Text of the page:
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Random words, pictures and thoughts of one who always wishes to be on the mind's road to discovery!

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Connecticut River Valley, New England, United States

Saturday, May 30, 2015

Who Killed Dave Robicheaux' Mother?

Purple Cane Road (Dave Robicheaux, #11)Purple Cane Road by James Lee Burke
My rating: 5 of 5 stars

Ten years ago I visited New Iberia, Louisiana for the first time. It was around 2pm and we were looking for a place to eat lunch. Happening upon Victor's on Main Street, which was closed as were all the restaurants, there was a dusty sign in the window that read " Dave Robicheaux eats here!". I looked at my friend, shrugged my shoulders and said " whoever he is!".

Eleven books later I know who Dave Robicheaux is and I've become an annual visitor to New Iberia and Books on the Teche, where I obtain my next installment of his stories. I'm not sure how I came upon the first book in the series, The Neon Rain, written in 1987 and I am seriously behind in my reading, but, though each of the books is a stand alone story about a former New Orleans cop now working out of the New Iberia sheriff's department, I think it best to start with the first book to best enjoy this guy.

In this installment, all the regulars are back--Bootsie, his long suffering wife, Clete, his boozing best friend formerly NOPD, now a PI, Alafair, his adopted daughter, Tripod, her pet raccoon, Batist who works in Dave's bait shop, Helen, Dave's partner, the Sheriff. As usual we get to meet lots of the locals, pimps, drug dealers, prostitutes, politicians, dirty cops, and some of the more main stream types. In this installment, a young hit-man plays a major roll in leading Dave to the dirty cops who killed his mother years ago. The story winds through cane fields, down the four lane to Morgan City, into the bayou country south of New Orleans, over into Baton Rouge and, of course, New Orleans and Algiers. A subplot deals with the impending execution of a woman accused of murdering the former State Executioner as he begins to abuse a young girl as he'd abused the convicted woman and her sister years earlier.

As always, all the plot lines are neatly tied up by the end, there is satisfaction in the justice served, even if it isn't perfect and there is surprise when the people who murdered his mother are definitely identified, after pages of speculation. I'm ready for the next installment--Jolie Blon's Bounce. Even the titles are super Cajun, super New Iberia, super sensual--just like the stories.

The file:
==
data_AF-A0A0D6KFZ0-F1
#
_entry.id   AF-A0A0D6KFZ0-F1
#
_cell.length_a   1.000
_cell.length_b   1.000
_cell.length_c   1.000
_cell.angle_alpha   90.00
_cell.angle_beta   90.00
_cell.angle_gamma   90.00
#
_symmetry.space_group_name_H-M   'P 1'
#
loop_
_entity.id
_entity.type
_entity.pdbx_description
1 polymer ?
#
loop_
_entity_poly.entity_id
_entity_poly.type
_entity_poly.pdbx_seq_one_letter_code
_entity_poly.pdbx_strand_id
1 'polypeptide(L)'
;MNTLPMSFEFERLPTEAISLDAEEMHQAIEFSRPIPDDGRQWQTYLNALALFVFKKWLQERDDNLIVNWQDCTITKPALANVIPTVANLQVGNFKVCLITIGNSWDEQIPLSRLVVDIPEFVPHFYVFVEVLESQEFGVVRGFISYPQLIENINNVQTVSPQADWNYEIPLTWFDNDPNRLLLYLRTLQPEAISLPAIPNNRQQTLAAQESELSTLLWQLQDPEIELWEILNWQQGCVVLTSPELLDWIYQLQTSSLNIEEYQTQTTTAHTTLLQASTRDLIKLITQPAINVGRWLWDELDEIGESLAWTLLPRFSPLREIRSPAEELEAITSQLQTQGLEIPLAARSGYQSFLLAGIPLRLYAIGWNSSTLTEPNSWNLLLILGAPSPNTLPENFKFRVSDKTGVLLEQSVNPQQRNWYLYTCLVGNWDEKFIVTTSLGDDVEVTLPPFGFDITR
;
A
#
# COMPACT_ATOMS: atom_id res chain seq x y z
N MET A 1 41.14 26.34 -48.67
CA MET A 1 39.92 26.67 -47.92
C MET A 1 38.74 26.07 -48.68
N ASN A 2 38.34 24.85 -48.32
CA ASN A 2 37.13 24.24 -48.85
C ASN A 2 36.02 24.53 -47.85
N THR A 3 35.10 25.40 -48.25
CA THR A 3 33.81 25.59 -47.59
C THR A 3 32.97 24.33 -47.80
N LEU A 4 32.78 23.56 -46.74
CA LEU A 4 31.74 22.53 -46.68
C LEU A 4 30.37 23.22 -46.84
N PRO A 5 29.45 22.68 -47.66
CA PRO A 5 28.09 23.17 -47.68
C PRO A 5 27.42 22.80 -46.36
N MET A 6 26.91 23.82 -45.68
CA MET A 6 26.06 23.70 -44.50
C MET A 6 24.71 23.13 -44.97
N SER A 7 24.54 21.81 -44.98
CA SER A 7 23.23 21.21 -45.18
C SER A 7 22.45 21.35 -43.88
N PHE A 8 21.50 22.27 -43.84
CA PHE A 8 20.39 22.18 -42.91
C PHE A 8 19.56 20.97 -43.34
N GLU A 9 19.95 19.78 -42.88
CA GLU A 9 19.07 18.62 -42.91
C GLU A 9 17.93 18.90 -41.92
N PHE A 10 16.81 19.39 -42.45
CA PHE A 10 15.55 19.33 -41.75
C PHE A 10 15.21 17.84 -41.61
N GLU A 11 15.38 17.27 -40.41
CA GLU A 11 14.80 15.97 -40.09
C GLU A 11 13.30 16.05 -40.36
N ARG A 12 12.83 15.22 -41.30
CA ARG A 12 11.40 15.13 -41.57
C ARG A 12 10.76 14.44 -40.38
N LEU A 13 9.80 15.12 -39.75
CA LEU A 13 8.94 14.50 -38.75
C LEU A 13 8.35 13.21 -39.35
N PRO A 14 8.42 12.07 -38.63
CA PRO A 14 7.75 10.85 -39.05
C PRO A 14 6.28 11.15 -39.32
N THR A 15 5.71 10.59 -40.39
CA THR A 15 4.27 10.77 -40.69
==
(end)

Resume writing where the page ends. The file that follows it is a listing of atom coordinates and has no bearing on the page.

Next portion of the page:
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Wednesday, May 27, 2015

A Lazy Hot Day in Vermont

Terrific day--went with Bill to Corinth for his dr's apt--he's so healthy they had nothing on the " to work on " check list to check. I'm not going any time soon!!! Then we took a drive to Groton to look at a house where a friend used to live. We'd sold her blue spruce years ago and we wondered if she ever harvested them and sold them--nope, they are all tall and very dead. Went out 302 to the Interstate and took the back way home from Bradford. Stopped at Baker's to get sandwiches from one of our former students. Glen Ferriot is running the deli--Bill had an Italian bulky which looked delicious and I had a traditional steamed pastrami on rye with only spicy mustard, which WAS fabulous. Caught up with Glen and got the lowdown on the family--great people: Dan and Betty and Glen's sister Jesse. Also checked in with Melanie Durkee, another former student and chatted up Jeff Hodge, Jeff Fifield and Jon Covey--talk about old home week. After eating outdoors we headed up Barker Rd to see what all the fuss is about Ruth Dwyer's wall--much ado about nothing--with all the evergreens growing up around it, it is barely visible. That eyesore across the road from Baker's is more of a problem. Hasn't anyone ever heard of " spite barns" in this area--a good old fashioned New England tradition.Then it was down to the Town Clerk's to see if something can be done about the fact that our 911 address is apparently top secret--can't be verified nor does it show up on GPS--maybe that's a good thing. Needless to say, it doesn't come under her perview and the woman who takes care of it is in on Tues and Thurs from 9-1---most convenient for retired folks and pre-schoolers, I guess. All in all, the weather was great, the chatting was fun, the food delicious and I got a great shot of a porcupine ambling slowly down the dirt road in front of us, up Groton way. Now the thunder has begun to cool off the almost 90 degree day

Monday, May 25, 2015

The Woman Who Would Be King Kara Cooney "I received this book from Blogging for Books for this review. "
Though I have tried and tried to read this book and am more than halfway through it, I find it is just too difficult to get a rhythm and flow and interest. I had seen a TV program that dealt with Hatshepsut's remarkable story and was anxious to get into it more deeply. But this book is repetitive and just as one starts to think the story will move on, the author says something about this not being easily proven and that there is a possible alternative path that the woman's experiences took her down--that indeed the situations just described may not have occurred that way at all, but here is an alternative possibility. I appreciate that trying to find hard evidence for a life lived so many years ago and one that future generations tried to obliterate is difficult. That being the case, perhaps the story should have been presented as an biographical, historical novel, rather than as an academic presentation. It is difficult for me to stop reading a book before its ending but this is not Eric Larsen or David McCullough writing and it is too dry, too erratic and too repetitive for me to finish. Perhaps others of a more scholarly bend or those used to reading historical treatises will enjoy this book more than I. It is my sincere hope that is true, since the subject matter, if presented in a more cohesive way could have been engaging to a broader audience.